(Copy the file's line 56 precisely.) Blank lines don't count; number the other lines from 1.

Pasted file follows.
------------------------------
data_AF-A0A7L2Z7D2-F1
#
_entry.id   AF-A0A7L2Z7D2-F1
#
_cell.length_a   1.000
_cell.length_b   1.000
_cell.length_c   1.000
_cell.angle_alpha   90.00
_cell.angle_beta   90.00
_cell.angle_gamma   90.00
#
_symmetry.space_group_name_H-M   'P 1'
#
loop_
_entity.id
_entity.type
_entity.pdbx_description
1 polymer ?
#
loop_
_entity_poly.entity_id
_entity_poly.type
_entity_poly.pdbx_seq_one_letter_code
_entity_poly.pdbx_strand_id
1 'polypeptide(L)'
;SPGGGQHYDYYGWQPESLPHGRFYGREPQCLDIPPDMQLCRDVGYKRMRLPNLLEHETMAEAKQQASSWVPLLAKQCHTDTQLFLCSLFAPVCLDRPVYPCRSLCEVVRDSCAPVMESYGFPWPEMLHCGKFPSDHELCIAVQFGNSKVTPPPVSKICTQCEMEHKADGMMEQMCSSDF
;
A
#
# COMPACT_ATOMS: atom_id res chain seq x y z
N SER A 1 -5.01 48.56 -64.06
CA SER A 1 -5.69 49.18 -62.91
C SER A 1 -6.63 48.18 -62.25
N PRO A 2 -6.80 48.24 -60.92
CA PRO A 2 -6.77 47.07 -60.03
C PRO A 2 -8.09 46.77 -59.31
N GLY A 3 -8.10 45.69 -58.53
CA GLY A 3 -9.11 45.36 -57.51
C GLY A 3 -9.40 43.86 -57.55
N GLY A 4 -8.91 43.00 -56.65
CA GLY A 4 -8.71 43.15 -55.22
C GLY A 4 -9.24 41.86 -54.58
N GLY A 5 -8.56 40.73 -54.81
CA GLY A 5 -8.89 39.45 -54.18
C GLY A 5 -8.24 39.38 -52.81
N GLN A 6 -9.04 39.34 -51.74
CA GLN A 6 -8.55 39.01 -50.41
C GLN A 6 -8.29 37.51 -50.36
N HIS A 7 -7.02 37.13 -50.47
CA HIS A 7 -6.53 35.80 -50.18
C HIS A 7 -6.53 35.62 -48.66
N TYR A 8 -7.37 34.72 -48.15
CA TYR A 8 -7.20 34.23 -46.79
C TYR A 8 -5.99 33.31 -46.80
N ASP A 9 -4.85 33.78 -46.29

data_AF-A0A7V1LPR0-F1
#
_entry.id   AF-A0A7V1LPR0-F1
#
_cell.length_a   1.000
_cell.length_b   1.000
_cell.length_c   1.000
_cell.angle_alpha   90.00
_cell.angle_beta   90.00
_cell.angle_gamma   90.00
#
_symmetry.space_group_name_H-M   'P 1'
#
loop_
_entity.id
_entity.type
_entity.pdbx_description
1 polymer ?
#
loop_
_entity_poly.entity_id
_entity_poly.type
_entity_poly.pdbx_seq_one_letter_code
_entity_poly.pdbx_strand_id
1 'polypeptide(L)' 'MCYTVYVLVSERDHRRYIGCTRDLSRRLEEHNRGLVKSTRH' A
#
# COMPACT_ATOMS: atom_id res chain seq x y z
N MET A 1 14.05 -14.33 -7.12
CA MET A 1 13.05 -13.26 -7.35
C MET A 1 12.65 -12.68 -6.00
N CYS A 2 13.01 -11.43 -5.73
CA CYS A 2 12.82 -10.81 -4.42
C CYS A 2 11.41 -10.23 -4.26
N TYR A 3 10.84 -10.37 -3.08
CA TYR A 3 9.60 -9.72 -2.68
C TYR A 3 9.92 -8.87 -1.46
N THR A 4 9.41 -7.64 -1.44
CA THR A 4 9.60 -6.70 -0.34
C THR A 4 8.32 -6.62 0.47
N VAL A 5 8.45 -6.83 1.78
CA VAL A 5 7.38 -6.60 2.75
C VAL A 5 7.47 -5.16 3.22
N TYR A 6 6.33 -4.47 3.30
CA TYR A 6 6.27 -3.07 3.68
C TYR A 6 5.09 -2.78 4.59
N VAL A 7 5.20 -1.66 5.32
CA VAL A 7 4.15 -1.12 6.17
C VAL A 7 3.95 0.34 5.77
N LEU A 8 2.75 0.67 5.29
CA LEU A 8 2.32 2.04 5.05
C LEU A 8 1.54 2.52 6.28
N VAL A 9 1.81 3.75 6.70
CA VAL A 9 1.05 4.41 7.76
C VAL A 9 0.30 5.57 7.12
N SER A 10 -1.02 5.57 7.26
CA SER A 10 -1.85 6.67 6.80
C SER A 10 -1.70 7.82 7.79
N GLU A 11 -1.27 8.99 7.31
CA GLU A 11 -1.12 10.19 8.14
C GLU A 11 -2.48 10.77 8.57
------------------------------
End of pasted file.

data_AF-A0A7V1LPR0-F1